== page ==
Figure 4—figure supplement 1
The main source of Mal3-GFP intensity fluctuations at microtubule ends growing in the presence of GTP are fluctuations of the size of the EB binding site cap.

(A) Time series of TIRF microscopy images (GFP channel only) of 75 nM Mal3-GFP binding to microtubules growing in the presence of either GTPγS (left) or GTP (right). GTPγS is a slowly hydrolysable GTP or GDP-Pi analogue, transforming the entire microtubule into a mimic of a microtubule end with a constant density of EB binding sites (Maurer et al., 2011). Tubulin concentration was 22 µM. Time is in seconds, the frame rate was 9.9 Hz. (B) Bar graph showing the relative variance, D, (see Materials and methods) of Mal3-GFP intensities at growing microtubule end for the conditions in A. Error bars are standard deviations. For each condition, 15,000 image frames were analyzed. Because the EB binding site density on GTPγS microtubules is maximal and constant, the larger relative variance measured at microtubule ends growing in the presence of GTP demonstrates that the broad distribution of Mal3-GFP intensities under this condition (data set in Figure 4) is largely due to the variability of the number of high affinity EB binding sites at growing microtubule ends and not to stochastic binding/unbinding events or measurement noise. Therefore, the measured Mal3-GFP intensities at growing microtubule ends are a good measure for the size of the EB binding region.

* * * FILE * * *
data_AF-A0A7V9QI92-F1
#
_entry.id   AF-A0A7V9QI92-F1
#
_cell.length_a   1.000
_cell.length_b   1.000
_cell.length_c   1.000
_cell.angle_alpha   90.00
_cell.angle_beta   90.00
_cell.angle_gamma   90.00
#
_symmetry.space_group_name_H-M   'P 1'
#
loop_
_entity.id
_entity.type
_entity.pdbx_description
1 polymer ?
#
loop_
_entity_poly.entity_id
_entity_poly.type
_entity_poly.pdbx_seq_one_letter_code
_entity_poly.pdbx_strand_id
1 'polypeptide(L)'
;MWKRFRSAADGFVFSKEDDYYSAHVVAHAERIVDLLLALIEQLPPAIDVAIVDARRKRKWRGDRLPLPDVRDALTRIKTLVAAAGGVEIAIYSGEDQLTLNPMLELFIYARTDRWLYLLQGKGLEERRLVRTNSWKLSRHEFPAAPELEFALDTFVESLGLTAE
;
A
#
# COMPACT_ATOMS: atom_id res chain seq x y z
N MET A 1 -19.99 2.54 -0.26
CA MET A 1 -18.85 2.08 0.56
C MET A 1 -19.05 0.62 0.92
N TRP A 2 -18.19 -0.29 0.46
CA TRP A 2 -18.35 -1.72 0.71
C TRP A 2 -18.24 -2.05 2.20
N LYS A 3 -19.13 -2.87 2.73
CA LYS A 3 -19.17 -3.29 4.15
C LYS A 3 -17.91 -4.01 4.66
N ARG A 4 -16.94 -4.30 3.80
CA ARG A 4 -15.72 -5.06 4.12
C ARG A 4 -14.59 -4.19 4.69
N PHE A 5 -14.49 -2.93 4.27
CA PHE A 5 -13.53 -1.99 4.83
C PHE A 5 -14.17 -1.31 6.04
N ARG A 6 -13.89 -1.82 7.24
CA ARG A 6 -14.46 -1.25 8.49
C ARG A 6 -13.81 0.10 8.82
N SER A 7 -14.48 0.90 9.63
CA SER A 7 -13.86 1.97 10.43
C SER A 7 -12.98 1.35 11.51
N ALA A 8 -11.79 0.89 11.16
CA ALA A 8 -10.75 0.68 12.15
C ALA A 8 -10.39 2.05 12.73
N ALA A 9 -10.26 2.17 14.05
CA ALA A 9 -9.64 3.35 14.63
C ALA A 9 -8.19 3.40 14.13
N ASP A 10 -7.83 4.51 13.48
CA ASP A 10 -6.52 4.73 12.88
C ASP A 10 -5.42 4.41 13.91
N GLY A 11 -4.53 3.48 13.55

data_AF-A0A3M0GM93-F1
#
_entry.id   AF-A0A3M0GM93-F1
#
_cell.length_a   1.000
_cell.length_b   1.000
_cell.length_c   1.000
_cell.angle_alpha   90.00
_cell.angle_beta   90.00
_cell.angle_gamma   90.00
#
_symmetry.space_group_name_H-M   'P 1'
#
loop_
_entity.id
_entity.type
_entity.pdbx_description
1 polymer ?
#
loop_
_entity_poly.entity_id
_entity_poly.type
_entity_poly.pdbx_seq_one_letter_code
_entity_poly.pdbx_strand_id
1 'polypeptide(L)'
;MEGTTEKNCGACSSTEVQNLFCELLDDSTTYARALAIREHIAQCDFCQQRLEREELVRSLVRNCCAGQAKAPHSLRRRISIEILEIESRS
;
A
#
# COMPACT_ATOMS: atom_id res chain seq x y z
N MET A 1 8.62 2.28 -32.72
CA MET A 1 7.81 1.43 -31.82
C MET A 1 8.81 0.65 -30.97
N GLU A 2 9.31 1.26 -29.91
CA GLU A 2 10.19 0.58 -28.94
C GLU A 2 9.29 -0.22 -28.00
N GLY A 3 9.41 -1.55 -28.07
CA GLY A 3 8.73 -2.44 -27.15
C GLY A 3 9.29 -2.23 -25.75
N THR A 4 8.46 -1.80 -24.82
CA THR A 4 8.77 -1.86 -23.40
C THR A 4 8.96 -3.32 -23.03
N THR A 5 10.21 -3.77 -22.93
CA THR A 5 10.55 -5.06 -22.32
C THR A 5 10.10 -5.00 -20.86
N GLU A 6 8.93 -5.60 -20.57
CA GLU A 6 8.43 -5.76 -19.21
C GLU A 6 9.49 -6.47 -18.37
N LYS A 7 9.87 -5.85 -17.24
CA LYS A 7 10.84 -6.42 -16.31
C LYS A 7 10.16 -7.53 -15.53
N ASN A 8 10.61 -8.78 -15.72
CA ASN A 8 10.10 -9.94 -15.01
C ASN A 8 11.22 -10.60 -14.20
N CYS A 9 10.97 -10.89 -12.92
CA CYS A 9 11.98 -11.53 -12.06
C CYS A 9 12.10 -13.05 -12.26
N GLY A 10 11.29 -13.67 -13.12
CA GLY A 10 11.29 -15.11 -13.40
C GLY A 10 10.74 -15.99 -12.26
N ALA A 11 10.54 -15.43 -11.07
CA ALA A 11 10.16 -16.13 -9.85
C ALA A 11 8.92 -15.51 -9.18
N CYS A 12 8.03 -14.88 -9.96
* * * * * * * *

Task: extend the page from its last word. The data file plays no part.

Figure 4—figure supplement 2
The instant EB cap length defines momentary stability.

(A) Example plot of a tubulin washout track with the microtubule end position in red and the corresponding Mal3-GFP intensity in green, from the data set in Figure 4. Mal3-GFP intensities were measured over time windows of 1 s, which were successively shifted away from the washout time point: (B) the intensity at Δt = 0 (directly before washout) shows a strong positive correlation with the delay time (top), which decreases at larger shifts (bottom Δt = 14 s). (C) The correlation between growth speed and delay time shows a similar trend with increasing shift, also consistent with the data presented in in Figure 2 in the absence of Mal3-GFP. The data in B top and C top are the same as in Figure 4D top and E. These data demonstrate that both the instantaneous EB cap length and growth speed are indicative of the 'momentary' stability of the microtubule.